Fresh off a massive nosedive, Tesla’s stock price posted its sharpest one-day gain in a year on Wednesday, rising nearly 20 percent and rebounding amid a recent cascade of sell-offs. Behind the slump, potential reasons offered by observers including growing market competition, shortage of auto microchips, and even the turmoil bitcoin market which Tesla recently set foot in.
Regardless of the performance of the stock price, Tesla, a rising US corporate heavyweight, has seen its development in China became a major anchor of its meteoric growth, as well as a driven force setting its heavyweight industrial position. Right before the latest share price jump, data from an industrial report revealed that Tesla recorded a 470-percent year-on-year electric car sales surge in China in February.
Though China and the US have experienced some difficulty in their bilateral relationship in the past years, business growth of American companies in China has not seen much impact. Instead, the still-growing Chinese market has offered foreign businesses a stable and promising space to grow, against the backdrop of the once-in-a-century COVID-19 pandemic.
Tesla has, particularly, gained a lot from Chinese market. Its electric car sales in China more than doubled in 2020 despite the fallout of the coronavirus. The company’s sales here accounted for 21 percent of its total car sales last year, growing 9 percentage points just in one year. With huge potential and rosy prospects, the significance of the Chinese market for Tesla is evident.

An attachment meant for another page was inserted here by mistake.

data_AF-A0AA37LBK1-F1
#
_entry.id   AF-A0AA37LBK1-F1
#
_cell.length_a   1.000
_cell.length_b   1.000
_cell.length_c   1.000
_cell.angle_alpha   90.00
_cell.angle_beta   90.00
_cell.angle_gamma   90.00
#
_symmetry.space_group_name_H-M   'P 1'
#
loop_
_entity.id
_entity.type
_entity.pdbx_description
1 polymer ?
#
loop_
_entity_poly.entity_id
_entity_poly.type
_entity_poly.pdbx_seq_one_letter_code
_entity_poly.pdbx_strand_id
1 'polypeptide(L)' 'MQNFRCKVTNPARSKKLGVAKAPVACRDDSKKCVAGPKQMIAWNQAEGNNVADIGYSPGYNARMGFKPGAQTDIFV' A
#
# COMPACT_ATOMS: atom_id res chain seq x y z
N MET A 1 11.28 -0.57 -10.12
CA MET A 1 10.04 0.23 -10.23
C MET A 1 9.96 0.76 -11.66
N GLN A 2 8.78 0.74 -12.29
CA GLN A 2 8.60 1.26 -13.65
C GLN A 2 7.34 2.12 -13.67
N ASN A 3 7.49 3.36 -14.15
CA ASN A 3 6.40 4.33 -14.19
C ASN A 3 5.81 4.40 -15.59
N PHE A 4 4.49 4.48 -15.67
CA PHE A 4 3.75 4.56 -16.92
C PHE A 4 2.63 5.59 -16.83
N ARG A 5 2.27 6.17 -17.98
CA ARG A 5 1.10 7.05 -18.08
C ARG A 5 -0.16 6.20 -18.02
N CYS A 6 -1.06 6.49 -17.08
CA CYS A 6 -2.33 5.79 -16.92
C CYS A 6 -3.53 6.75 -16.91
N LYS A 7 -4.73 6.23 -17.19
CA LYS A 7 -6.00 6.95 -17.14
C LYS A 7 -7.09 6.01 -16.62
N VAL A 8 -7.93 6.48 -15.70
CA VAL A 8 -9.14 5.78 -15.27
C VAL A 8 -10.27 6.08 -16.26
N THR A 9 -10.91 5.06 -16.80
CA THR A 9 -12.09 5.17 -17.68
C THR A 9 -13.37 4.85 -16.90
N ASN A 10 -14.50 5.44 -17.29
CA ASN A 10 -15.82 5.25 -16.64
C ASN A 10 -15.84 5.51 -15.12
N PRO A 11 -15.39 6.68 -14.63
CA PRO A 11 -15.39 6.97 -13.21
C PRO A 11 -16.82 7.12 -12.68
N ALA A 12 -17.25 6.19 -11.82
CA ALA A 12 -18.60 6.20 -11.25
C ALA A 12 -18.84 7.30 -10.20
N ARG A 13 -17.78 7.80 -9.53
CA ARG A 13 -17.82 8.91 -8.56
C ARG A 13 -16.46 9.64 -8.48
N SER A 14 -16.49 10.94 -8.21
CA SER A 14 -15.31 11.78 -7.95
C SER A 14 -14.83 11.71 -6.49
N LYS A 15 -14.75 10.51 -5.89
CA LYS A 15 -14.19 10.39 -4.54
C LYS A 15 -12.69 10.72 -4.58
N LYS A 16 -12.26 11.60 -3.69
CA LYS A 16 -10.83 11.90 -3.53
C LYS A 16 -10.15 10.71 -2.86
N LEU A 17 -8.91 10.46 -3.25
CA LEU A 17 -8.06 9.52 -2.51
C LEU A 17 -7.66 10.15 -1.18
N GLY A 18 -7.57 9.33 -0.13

Also, Tesla’s business in China is accelerated by very preferential policies here, although it could inevitably encounter fierce competition for China’s domestic electric vehicle brands. The local government of Shanghai has granted a beneficial corporate income tax rate of 15 percent to eligible foreign-funded enterprises, including Tesla.
Chinese consumers, in the largest electric vehicle market, have held a fair favorability toward the US car brand. Under such circumstances, it appears increasingly obvious that Tesla has its future closely tied to this market.
US President Joe Biden, who took office on January 20, has emphasized his intention to pursue “extreme competition” with China. But competition, fundamentally, should be conducted under fair and just environment.
Just like Tesla which could enjoy a wide and fair growing space in China, the US should also strive to offer an inclusive and equitable environment for foreign firms, including Chinese companies.
It’s a two-way beneficial approach. Not only that it’s significant for foreign businesses, their growth and vibrancy will promote the recovery of the American economy, and help the US maintain its competitiveness in the post-pandemic era.
China has repeated its commitment to enhance the opening-up policy, with stepping up efforts to cultivate a market-oriented, legal and internationalized business environment for all foreign businesses.
We hope that the US, as the world’s largest economy, can uphold an inclusive, open, equitable and mutual-beneficial mindset to shore up cooperation which will not only benefit both nations but will also be beneficial for the global economy’s revival.